I went back and forth on writing this blog, trying at once to walk that line between demolishing a cover story, and giving it more attention than it deserves. But alas, those are the struggles of today's reporting. My angst comes from an appearance I did earlier today with Adam Penenberg, a contributing writer with the magazine "Fast Company..."
Apple CEO Steve Jobs, the man behind the popular iPod, is the world's most powerful businessman, according to Fortune Magazine's list of the 25 most influential executives.
This is a big couple of days for Apple; as if the company's blockbuster earnings at the beginning of the week wasn't big enough news on its own. Friday will bring the official release of the company's highly anticipated, and delayed operating system "Leopard."
The pressure was on for Apple following the big-time run in these shares these past several weeks. These shares rallied into today's earnings news. The research firm Caris just this morning took the bold step in raising its target to $200.
When it comes to Apple Inc., the bar is set so nose-bleedingly high that you gotta wonder whether this company is poised to perform or plummet when it releases earnings this evening. Shares continue to climb today, up another 2% at this writing, a kind of serene island in the midst of the volatile vagaries and stormy seas on Wall Street.
Steve Jobs has a message for third party software developers who have largely been shut out of the iPhone extravaganza: Call Us Up! In a sharp reversal to an earlier policy, and in an open letter from Jobs posted on Apple's web site, the company is now inviting software developers to create applications for the iPhone that would live on the iPhone's memory and not on the web.
Well, it's about time. That might be the familiar refrain coming from Apple investors as well as the Mac faithful who had to give up Leopard's place in the development line in favor of the company's new favorite flavor, the iPhone.
I wrote earlier today that Apple would be sending along an acknowledgment of some Al Gore's Nobel Peace Prize win, and the company went a big step beyond that. Go to www.apple.com and you'll see that the company's usual home page has been replaced by a full page message to Gore, commending him on his achievement.
Al Gore is having the kind of dream year that conjures up an image of a man cheated by the gods seven years ago, and those gods have been looking to make good on their mistake ever since. How else do you explain the kind of blockbuster year he's having? Oh sure, the guy's won the Oscar for "An Inconvenient Truth."
Apple shares continue to take off, thanks to news nuggets here and there about the better-than-expected iPhone sales success. In fact, shares are so high that rumblings of an impending stock split are coming back, even though CEO Steve Jobs was pretty clear at his shareholders meeting earlier this year, offering up props to the Google no-split stock-price strategy (Eric Schmidt sits on Apple's board) and steering investors away from the idea of any kind of split.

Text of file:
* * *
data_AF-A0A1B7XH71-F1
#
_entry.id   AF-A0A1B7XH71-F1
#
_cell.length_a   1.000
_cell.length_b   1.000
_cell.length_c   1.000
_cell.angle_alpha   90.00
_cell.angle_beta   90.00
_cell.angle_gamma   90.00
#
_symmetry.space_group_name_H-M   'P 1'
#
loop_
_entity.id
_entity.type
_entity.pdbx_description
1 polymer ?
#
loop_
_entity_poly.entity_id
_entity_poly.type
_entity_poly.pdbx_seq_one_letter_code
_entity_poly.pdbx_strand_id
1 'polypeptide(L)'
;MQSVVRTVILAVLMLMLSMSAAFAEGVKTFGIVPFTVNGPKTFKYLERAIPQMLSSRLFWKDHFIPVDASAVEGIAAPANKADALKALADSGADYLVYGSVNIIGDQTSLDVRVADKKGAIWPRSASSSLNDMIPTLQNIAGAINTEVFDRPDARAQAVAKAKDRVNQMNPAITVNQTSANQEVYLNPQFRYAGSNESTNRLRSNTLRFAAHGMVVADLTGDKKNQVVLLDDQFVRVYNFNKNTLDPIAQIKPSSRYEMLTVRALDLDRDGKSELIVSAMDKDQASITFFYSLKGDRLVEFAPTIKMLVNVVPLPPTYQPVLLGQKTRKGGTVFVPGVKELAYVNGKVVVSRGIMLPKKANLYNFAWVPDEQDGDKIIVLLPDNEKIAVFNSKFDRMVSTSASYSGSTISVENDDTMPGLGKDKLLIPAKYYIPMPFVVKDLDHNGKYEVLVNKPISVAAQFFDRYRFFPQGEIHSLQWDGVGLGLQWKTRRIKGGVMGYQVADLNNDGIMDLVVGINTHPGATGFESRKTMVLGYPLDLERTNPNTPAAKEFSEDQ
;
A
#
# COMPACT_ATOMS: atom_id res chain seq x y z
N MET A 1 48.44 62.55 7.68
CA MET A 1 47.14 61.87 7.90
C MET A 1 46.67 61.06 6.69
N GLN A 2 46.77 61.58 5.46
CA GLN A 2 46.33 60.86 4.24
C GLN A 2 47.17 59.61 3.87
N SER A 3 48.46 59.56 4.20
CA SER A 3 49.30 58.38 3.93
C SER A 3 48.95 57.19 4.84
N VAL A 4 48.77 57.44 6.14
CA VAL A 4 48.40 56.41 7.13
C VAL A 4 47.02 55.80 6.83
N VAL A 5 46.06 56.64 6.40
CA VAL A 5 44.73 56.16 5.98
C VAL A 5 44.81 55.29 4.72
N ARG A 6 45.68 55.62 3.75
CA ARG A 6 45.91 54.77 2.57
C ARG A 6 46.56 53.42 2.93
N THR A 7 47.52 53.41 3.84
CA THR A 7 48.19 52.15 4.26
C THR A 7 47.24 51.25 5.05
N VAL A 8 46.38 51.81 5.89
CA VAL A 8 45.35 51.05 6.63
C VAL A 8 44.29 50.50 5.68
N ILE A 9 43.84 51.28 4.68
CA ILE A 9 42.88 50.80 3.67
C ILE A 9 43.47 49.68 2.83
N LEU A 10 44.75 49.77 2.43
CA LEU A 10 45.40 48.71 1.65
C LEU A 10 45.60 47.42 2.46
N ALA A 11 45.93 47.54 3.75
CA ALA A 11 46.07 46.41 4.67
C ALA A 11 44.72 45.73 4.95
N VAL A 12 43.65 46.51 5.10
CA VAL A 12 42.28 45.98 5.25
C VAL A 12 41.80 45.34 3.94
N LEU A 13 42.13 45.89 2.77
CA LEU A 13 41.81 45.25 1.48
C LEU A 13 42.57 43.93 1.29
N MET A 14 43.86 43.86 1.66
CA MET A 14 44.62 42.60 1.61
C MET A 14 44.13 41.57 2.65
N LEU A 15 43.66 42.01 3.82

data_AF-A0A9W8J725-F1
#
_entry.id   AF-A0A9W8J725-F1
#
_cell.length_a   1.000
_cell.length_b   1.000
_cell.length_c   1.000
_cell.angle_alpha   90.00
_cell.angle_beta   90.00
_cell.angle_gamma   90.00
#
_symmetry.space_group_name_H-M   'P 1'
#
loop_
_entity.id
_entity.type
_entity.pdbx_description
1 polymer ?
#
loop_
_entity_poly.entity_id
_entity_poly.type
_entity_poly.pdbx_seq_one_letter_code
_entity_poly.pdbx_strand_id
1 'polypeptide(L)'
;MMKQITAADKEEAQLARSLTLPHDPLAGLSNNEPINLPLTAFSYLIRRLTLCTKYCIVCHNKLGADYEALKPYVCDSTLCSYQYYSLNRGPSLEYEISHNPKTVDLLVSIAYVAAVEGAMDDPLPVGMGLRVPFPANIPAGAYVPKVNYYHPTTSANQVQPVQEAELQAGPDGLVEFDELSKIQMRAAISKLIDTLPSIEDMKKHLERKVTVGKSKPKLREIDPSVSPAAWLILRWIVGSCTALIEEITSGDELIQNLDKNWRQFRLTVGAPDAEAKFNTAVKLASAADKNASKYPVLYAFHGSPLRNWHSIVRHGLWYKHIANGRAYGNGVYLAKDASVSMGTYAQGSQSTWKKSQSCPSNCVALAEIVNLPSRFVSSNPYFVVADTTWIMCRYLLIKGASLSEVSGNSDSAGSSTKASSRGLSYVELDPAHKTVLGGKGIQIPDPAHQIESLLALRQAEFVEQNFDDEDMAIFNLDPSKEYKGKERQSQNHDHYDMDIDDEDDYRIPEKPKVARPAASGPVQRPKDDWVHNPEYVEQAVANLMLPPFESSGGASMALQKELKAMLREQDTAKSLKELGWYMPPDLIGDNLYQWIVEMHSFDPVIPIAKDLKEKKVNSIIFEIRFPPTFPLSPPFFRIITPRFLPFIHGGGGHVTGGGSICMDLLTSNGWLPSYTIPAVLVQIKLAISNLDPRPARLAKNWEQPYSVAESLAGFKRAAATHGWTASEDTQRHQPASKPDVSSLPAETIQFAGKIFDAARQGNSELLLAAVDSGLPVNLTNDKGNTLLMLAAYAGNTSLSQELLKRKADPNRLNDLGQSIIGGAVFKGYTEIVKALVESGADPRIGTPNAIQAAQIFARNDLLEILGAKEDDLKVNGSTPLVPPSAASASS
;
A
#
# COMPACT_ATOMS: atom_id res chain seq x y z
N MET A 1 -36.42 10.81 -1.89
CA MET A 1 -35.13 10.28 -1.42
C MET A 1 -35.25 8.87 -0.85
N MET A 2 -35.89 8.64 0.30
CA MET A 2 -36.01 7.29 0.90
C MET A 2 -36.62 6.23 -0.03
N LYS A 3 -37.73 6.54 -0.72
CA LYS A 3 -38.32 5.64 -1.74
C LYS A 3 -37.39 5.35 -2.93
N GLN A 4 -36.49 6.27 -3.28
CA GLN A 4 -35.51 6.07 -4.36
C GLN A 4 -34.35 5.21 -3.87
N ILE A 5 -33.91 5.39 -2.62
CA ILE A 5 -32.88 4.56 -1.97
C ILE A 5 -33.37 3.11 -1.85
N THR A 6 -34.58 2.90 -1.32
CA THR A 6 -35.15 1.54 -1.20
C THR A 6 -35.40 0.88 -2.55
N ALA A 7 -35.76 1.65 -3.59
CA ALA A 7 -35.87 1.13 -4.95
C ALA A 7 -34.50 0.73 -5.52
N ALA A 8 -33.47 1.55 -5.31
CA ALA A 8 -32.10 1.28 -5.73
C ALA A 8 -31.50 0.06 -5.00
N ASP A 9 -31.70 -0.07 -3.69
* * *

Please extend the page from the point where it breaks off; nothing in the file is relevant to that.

Fake Steve Jobs gripped the internet for months: Who was he? Why was he doing it? Was it really Jobs himself? Or someone else? It was a terrific mystery up until the day New York Times reporter Brad Stone unmasked Dan Lyons...
"High School Musical's" blockbuster success shows just how dialed in Disney is to its audience. And now the Magic Kingdom hopes to plug in that magic into a new line of consumer electronics...
For the Tech Check segment on "Closing Bell" today, a look back and a look ahead at cool technology making headlines. First up, next Monday will be a big day for chipmaker Advanced Micro Devices. The company has rented out a big chunk of George Lucas' facility on San Francisco' Presidio where AMD will unveil its long-awaited, and long delayed server chip code-named Barcelona.
As you might imagine, the Apple news and iPod releases generated enormous interest this week, and then the news cycle kicked into overdrive yesterday with word of Apple's plans for a $100 rebate to all existing iPhone owners who bought the thing at full price just two short months ago.
Apple Chief Executive Steve Jobs said Thursday the company will offer a $100 store credit to people who bought the iPhone before an announced $200 price cut, even as investor concerns about Apple's profit margins pushed the company's shares lower for a second consecutive day.
News of an iPhone price-cut took just about everyone by surprise, not the least of whom were the 270,000 iPhone buyers that first weekend they went on sale, many of whom stood on line for endless hours to plunk down their $599 for device.
Apple Inc. unveils a complete redesign of the iPod Nano: the new iPod "Touch" with Wi-Fi, a long-awaited 160 gig iPod "Classic," what promises to be a lucrative partnership with Starbucks. But the headline that torpedoes Apple shares: the $200 iPhone price cut just two months after unveiling what became known as the "Jesus Phone."
In the CNBC exclusive interview with CNBC's Jim Goldman, Apple CEO Steve Jobs discusses the new iPods, the iPhone and the Beatles, among other topics.
The Apple event is over and so is our live blogging. To read the post from the event's beginning, start at the bottom of the page. Thanks everyone, it was a blast to do. 2:20 pm ET: Event is concluding now. A little technical glitch with her beat machine, but she got that fixed and now KT is performing. Keep watching CNBC and CNBC.com. We may have a special interview coming up.
Apple CEO Steve Jobs discusses his company's new iPod lineup in an exclusive interview with CNBC's Jim Goldman.